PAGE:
Bahrain’s Crown Prince Sheikh Salman Bin Hamad Al-Khalifa appointed as the new Prime Minister


Prince Khalifa bin Salman al-Khalifa, the longest-serving Prime Minister in the world, died at the age of 84

Manama, Bahrain:

Bahrain’s Crown Prince, Sheikh Salman bin Hamad al-Khalifa, was appointed Prime Minister on Wednesday following the death of his great-uncle, who has held the post since independence in 1971.

Prince Khalifa bin Salman al-Khalifa, the longest-serving prime minister in the world, died at the age of 84 while receiving medical treatment in the United States, state media said.

Prince Khalifa was a controversial figure during his five decades in office, accused of resisting reform and cracking down on activists. He was also deeply unpopular with the Shiite population of the Sunni-ruled kingdom.

When Shiite-led protesters occupied Pearl Square in Manama for a month in 2011 before being evicted by Saudi-backed security forces, their main demand was for Prince Khalifa to resign.

His successor, who comes from a new generation of western trained golf guides, has instead tried to build bridges with opponents.

After studying in the USA and Great Britain – including a Masters degree from Cambridge University – he was First Deputy Prime Minister and Deputy Commander in Chief of the Bahrain Defense Force.

King Hamad issued a royal decree appointing his son chairman of the Council of Ministers with immediate effect, the Bahrain news agency said.

Prince Khalifa’s funeral will take place after his remains are brought home and only a limited number of relatives will be in attendance due to the novel restrictions imposed by the coronavirus.

The country will officially mourn for a week during which flags are hoisted at half mast. Government ministries and departments will be closed for three days.

According to the ruler of Dubai, Sheikh Mohammed bin Rashid Al-Maktoum, the leaders of the Gulf paid tribute to the long career of the veteran leader “which has shaped Bahrain’s recent history”.

– Targeted by protesters –

Prince Khalifa played a key role in Bahrain’s political and economic affairs, including preparing a referendum that paid the Shah of Iran’s claims to the tiny Gulf Archipelago.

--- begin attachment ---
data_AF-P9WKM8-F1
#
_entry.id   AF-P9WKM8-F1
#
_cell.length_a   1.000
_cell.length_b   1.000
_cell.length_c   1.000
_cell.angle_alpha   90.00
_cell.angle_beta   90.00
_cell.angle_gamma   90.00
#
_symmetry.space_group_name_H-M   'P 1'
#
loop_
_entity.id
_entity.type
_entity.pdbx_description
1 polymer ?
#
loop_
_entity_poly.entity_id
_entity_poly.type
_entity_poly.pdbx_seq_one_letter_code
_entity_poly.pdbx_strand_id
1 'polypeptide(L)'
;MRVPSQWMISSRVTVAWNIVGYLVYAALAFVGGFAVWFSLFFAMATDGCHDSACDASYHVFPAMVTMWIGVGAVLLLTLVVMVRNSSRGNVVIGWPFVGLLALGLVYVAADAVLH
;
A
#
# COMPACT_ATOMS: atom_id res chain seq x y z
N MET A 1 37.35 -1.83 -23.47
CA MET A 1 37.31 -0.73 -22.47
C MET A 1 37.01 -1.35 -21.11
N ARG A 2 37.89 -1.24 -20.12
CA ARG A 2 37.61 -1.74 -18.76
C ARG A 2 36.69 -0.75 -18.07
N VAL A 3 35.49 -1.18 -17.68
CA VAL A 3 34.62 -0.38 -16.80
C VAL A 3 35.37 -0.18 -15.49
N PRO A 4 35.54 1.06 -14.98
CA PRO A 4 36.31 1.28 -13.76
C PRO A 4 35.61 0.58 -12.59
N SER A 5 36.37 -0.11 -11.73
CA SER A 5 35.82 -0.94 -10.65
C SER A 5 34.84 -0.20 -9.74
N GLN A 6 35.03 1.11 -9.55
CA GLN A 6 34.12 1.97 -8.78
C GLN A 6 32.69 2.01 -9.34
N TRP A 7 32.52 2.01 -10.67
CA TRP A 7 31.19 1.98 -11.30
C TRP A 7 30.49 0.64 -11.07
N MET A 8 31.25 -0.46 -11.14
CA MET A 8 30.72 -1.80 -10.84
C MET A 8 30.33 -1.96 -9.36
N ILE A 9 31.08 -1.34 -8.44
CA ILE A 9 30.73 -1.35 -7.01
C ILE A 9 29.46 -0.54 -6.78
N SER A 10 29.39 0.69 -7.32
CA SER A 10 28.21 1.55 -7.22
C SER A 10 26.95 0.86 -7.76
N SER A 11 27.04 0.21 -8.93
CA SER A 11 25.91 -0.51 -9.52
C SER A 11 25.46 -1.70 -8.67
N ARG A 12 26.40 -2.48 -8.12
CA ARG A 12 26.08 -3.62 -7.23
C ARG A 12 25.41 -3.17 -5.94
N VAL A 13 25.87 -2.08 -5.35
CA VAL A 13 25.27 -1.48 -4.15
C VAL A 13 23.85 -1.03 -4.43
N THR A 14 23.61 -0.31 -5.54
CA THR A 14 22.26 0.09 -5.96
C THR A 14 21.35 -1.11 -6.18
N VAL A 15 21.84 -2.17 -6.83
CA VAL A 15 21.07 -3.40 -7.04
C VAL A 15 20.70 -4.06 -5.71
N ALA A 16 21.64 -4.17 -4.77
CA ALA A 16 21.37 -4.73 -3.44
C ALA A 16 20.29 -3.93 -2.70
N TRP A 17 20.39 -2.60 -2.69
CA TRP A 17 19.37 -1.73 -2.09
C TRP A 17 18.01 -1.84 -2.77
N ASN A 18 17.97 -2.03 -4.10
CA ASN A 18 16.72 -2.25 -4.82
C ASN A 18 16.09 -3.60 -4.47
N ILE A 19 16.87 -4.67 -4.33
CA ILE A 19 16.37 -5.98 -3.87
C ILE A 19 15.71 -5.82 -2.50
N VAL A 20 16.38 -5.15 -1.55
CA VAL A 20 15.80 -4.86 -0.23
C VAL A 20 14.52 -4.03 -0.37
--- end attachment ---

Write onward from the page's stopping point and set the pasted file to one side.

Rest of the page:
He was born on November 24, 1935 and attended his father’s royal court with his older brother, Prince Issa, at the age of seven.

He was appointed chairman of the Council of State in 1970, the executive branch of the government that became the Council of Ministers after independence from Britain.


Before independence, he conducted difficult negotiations with the Shah of Iran, Mohammad Reza Pahlavi, over the claims of Shiite Iran on Bahrain’s chain of islands.

A referendum to determine the future of the country led to an overwhelming vote for independence under the rule of the Sunni Al-Khalifa dynasty, despite the large Shiite population, the size of which is still contested by the government to this day.

For many years, Prince Khalifa strove to establish Bahrain as a regional financial center. In contrast to other Gulf states, the kingdom has only modest oil resources.

Working closely with his brother, the late Emir Sheikh Issa bin Salman Al-Khalifa, he preferred close ties to Washington.

Those relationships have grown and Bahrain now hosts the U.S. Navy’s Fifth Fleet as one of Washington’s most trusted allies in the region.

– History of the Riots –

Political turmoil in Bahrain has eased since independence, but after Iraq invaded Kuwait in 1990 protests for democracy re-emerged, coupled with pressure from the United States and Britain.

The Shiite-led demonstrations intensified in 1994. The protesters called for the restoration of an elected parliament, the return of political exiles and a fairer distribution of wealth.

The riots, in which at least 38 people were killed, lasted until 1999 when King Hamad – the son of Sheikh Issa – ascended the throne and initiated reforms that made Bahrain a constitutional monarchy and reintroduced the elected parliament.

But the demonstrators were back on the streets in February 2011, orienting themselves on the uprisings of the Arab Spring. They called for a “real” constitutional monarchy with an elected prime minister to succeed Prince Khalifa.

Although the government suppressed the protests after a month, the country continues to face political repression and several opposition leaders are behind bars. At least 89 people were killed in the riots.

(Except for the headline, this story was not edited by GossipMantri staff and posted from a syndicated feed.)


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